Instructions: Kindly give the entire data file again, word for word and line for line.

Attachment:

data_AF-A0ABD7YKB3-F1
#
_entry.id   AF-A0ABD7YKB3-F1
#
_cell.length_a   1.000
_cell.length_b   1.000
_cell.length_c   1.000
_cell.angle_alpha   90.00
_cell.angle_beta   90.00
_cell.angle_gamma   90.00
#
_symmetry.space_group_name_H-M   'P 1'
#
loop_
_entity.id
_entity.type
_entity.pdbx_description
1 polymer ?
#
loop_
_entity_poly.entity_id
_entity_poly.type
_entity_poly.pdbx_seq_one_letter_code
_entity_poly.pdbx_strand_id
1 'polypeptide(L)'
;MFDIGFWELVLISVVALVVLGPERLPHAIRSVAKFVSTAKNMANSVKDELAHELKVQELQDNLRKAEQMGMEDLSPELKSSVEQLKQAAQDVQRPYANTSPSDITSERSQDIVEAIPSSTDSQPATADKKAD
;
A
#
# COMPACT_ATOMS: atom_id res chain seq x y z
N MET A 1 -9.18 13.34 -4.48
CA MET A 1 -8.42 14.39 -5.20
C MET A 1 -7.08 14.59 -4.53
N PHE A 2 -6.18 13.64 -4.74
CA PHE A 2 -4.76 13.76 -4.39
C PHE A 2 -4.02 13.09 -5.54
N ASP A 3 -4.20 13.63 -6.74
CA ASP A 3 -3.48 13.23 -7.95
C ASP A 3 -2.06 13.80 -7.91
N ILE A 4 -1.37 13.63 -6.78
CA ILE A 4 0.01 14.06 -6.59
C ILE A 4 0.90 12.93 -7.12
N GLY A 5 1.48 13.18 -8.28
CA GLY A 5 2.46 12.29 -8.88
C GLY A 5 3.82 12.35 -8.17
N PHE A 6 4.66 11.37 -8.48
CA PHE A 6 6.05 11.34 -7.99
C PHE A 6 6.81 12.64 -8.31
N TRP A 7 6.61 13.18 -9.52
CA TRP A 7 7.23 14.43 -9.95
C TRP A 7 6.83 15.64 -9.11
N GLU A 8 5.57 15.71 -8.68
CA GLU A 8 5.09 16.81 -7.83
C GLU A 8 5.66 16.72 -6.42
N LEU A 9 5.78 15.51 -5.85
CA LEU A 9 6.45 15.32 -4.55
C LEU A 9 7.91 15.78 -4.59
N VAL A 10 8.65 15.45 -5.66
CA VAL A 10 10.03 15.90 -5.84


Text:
data_AF-A0ABD7YKB3-F1
#
_entry.id   AF-A0ABD7YKB3-F1
#
_cell.length_a   1.000
_cell.length_b   1.000
_cell.length_c   1.000
_cell.angle_alpha   90.00
_cell.angle_beta   90.00
_cell.angle_gamma   90.00
#
_symmetry.space_group_name_H-M   'P 1'
#
loop_
_entity.id
_entity.type
_entity.pdbx_description
1 polymer ?
#
loop_
_entity_poly.entity_id
_entity_poly.type
_entity_poly.pdbx_seq_one_letter_code
_entity_poly.pdbx_strand_id
1 'polypeptide(L)'
;MFDIGFWELVLISVVALVVLGPERLPHAIRSVAKFVSTAKNMANSVKDELAHELKVQELQDNLRKAEQMGMEDLSPELKSSVEQLKQAAQDVQRPYANTSPSDITSERSQDIVEAIPSSTDSQPATADKKAD
;
A
#
# COMPACT_ATOMS: atom_id res chain seq x y z
N MET A 1 -9.18 13.34 -4.48
CA MET A 1 -8.42 14.39 -5.20
C MET A 1 -7.08 14.59 -4.53
N PHE A 2 -6.18 13.64 -4.74
CA PHE A 2 -4.76 13.76 -4.39
C PHE A 2 -4.02 13.09 -5.54
N ASP A 3 -4.20 13.63 -6.74
CA ASP A 3 -3.48 13.23 -7.95
C ASP A 3 -2.06 13.80 -7.91
N ILE A 4 -1.37 13.63 -6.78
CA ILE A 4 0.01 14.06 -6.59
C ILE A 4 0.90 12.93 -7.12
N GLY A 5 1.48 13.18 -8.28
CA GLY A 5 2.46 12.29 -8.88
C GLY A 5 3.82 12.35 -8.17
N PHE A 6 4.66 11.37 -8.48
CA PHE A 6 6.05 11.34 -7.99
C PHE A 6 6.81 12.64 -8.31
N TRP A 7 6.61 13.18 -9.52
CA TRP A 7 7.23 14.43 -9.95
C TRP A 7 6.83 15.64 -9.11
N GLU A 8 5.57 15.71 -8.68
CA GLU A 8 5.09 16.81 -7.83
C GLU A 8 5.66 16.72 -6.42
N LEU A 9 5.78 15.51 -5.85
CA LEU A 9 6.45 15.32 -4.55
C LEU A 9 7.91 15.78 -4.59
N VAL A 10 8.65 15.45 -5.66
CA VAL A 10 10.03 15.90 -5.84